Psychology News – A study shows how coworker support enhances creativity at work and compassion at home in working couples. The researchers look to future research to better understand the link between ‘healthy’ workspaces and ‘happy’ homes.
A new study links supportive friendships at work to creativity thinking and better family life.
Researchers at the University of Bath’s School of Management studied in-depth coworker support, resourcefulness and creativity at work, and the work-family equation in dual-income couples. The findings are published in the Journal of Applied Psychology.
The study takes “coworker support” to mean talking about life’s issues and challenges, offering understanding and solutions to problems, as well as covering for absence when personal responsibilities crop up at working hours.
The results show that espousing coworker support and compassion have benefits for peers, employers, and family members.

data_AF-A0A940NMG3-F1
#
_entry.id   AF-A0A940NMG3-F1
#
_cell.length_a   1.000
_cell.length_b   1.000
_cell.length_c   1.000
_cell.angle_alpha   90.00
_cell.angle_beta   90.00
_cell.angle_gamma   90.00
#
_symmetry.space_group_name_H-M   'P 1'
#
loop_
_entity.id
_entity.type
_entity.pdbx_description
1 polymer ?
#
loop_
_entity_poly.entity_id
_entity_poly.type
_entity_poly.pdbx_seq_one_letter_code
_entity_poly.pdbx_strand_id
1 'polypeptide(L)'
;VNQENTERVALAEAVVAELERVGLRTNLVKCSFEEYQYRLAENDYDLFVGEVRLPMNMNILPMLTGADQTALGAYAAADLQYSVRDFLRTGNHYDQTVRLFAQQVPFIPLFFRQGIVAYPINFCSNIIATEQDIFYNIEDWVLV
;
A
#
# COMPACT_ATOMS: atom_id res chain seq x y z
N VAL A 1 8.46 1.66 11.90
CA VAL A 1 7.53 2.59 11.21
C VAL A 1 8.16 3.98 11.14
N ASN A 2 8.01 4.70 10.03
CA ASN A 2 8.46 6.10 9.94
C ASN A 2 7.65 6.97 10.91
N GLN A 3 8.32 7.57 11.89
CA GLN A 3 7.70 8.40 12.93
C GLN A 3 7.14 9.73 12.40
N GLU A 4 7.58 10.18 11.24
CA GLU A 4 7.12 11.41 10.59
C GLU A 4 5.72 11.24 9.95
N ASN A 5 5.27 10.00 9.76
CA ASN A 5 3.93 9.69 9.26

Employees are positively influenced by the compassion and support they receive from their coworkers. This gets manifested in their creativity, resourcefulness, and efficiency at work. Especially informal coworker support, without the intervention of supervisors or work policies, boosts employee morale in such ‘cared for’ workplaces.
The results also show that “coworker compassion” is often brought home and passed on to the respective spouses. One of the lead researchers, Professor Yasin Rofcanin, elaborates, “This might mean they encourage them to open up about stresses, seek to resolve issues, or make improvements to the juggle of work-life arrangements that benefits the family.”
The researchers, however, acknowledge the drawbacks of excessive involvement of coworkers in both work and family matters. They look to further research to better understand how dynamics in the workspace and the home can help maintain a healthy work-life balance in working couples.
To Know More You May Refer To
Stollberger, J., Las Heras, M., & Rofcanin, Y. (2021). Sharing is caring: The role of compassionate love for sharing coworker work-family support at home to promote partners’ creativity at work. The Journal of applied psychology, 10.1037/apl0000985. Advance online publication. https://doi.org/10.1037/apl0000985